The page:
Don’t Make These Social Media Mistakes

Here are some worthy reminders from Digital Relevance regarding mistakes you should avoid when using social media for your business.

Your tweets or Facebook posts are solely promotional.

Social media can be a good venue to share special sales and promotions, but don’t post these activities too often or your “fans” will drop you. People want to follow your company because you are helpful, informative and have something to offer.

You don’t interact with anyone.

It is called social media for a reason. It seems like a no-brainer, but a big no-no many companies make is not interacting with its followers. You should promptly respond to mentions, replies and retweets and continually check your Twitter feed to respond and reply to your followers. Be sure to answer comments or questions on Facebook as well.

You tweet too much or share too often.

Twitter is a much more continuous, open platform for sharing multiple times each day. You should tweet at least three to five times a day, but what’s more important is the quality and value of your tweets. Low-quality sharing won’t lead to much interaction. On average, top brands posted once per day on Facebook. If you post more than twice per day, you will typically lose engagement.

You only tweet or share posts about your business.

It’s not all about YOU. Your followers want you to be a resource for industry information, trending topics and every now and then they like to know what’s going on in your company, but they don’t always want to know about every single webinar, article or event. It’s good to show you are a real, successful business, but also illustrate your value as a resource that continually interacts with its followers.

You’re commonplace and uninteresting.

Just as writers have a unique style and voice, brands should have a unique voice that their audience understands and relates to. Form your unique voice based on your culture, community and conversation.

You repeat yourself, you’re totally automated and you repeat yourself.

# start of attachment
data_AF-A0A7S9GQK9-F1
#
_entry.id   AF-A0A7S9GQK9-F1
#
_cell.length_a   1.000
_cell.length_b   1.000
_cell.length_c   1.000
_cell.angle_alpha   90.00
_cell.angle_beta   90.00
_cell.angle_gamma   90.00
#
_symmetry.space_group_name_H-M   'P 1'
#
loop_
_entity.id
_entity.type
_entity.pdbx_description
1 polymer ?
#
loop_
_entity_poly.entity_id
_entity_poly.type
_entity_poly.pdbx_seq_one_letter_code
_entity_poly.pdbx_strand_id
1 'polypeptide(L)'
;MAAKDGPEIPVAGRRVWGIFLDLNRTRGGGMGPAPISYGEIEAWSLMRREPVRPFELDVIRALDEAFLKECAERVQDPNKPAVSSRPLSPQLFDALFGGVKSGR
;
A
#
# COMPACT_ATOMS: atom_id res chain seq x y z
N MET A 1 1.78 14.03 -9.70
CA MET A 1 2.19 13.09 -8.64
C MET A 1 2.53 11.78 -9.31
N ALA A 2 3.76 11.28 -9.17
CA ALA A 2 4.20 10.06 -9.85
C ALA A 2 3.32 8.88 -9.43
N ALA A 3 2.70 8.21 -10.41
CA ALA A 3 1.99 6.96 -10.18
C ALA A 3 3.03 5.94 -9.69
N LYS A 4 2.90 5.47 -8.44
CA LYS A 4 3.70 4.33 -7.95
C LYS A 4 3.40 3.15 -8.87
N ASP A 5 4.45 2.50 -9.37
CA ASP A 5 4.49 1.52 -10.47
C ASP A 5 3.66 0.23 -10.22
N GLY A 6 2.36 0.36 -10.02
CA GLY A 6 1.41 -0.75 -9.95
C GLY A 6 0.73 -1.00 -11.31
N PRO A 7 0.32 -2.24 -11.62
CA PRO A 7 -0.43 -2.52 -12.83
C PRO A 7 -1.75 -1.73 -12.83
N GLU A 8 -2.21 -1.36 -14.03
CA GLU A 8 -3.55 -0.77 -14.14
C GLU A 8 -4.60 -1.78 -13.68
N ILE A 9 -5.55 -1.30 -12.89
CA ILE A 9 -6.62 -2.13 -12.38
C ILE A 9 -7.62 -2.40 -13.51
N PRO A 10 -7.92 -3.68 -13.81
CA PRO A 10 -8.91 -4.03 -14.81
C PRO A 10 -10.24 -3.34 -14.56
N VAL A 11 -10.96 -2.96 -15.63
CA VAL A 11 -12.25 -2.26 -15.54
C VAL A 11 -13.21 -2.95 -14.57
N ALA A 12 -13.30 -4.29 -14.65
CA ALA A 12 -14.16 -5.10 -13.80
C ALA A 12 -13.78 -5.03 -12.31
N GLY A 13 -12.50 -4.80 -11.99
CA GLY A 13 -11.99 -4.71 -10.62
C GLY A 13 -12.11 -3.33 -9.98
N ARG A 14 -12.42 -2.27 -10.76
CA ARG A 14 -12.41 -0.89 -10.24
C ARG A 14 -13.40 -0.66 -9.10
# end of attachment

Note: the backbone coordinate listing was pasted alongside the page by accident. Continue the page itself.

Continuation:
Automation can help productivity and efficiency, but when it comes to social media, it can seem spammy, impersonal and excessive. Don’t tweet or share the same article multiple times a day or even multiple times a week. A helpful article can be shared multiple times for larger exposure, but spread out your coverage dates.

Avoiding these mistakes will help you build a strong online community that believes in your brand, considers you an essential resource and enjoys interacting with you.

How Can One Little #Symbol Go So Wrong?

Okay, I’m going to vent for just a minute about the degradation of my beloved English language.

I gripe every year when a host of new “words” are added to the dictionary. I do not agree that “selfie,” “squee” or “srsly” are actual words. Srsly? SERIOUSLY, Oxford English Dictionary? If only you could see my computer screen right now, you’d see all the little red squiggly lines under these so-called “words.”

As much as I loathe that, there is one thing that drives me crazier than almost anything else (almost anything else: the blanket usage of the Oxford comma is still No. 1 on my list of ridiculous things) – and that’s the misuse of hashtags and the fact that they’re infiltrating our communication.

We’ve all done it – used a hashtag on Twitter or Facebook to not describe or sort news (the reason hashtags were created in the first place), but to instead, make yourself look like you get this whole Internet thing. “Look ma! I can write the pound sign in front of phrases! My friends will think I’m the #bee’sknees!”

As they were originally intended – to sort news or topics and make it easy for readers to follow along with those subjects on Twitter – hashtags can be quite useful. Businesses can make great use of hashtags to promote specific products or events, or news topics that are relevant to the organization’s followers.

But past that, we must draw the line. No more using hashtag phrases in conversations! No more lazy or cutesy writing! Instead of giving me 12 hashtags to try to figure out what in the world you’re talking about, dig down deep and use actual words, phrases and sentences to describe what you are doing and how it makes you feel.

You are not too good for the English language.

Here is a funny little clip from "Late Night with Jimmy Fallon" and special guest Justin Timberlake that personifies what might happen if we let this kind of nonsense continue.

Social Media Appeal

Social media has become a daily habit or necessity for most people. We feel the need to be plugged into Facebook, Twitter or some other site 24/7 to stay connected with the world around us, but do you trust the social media sites that you use?

You probably answered "no" to that question. A recent study done by E-Score found that people are less likely to trust social media brands and are twice as likely to trust traditional media brands (broadcast, cable and print).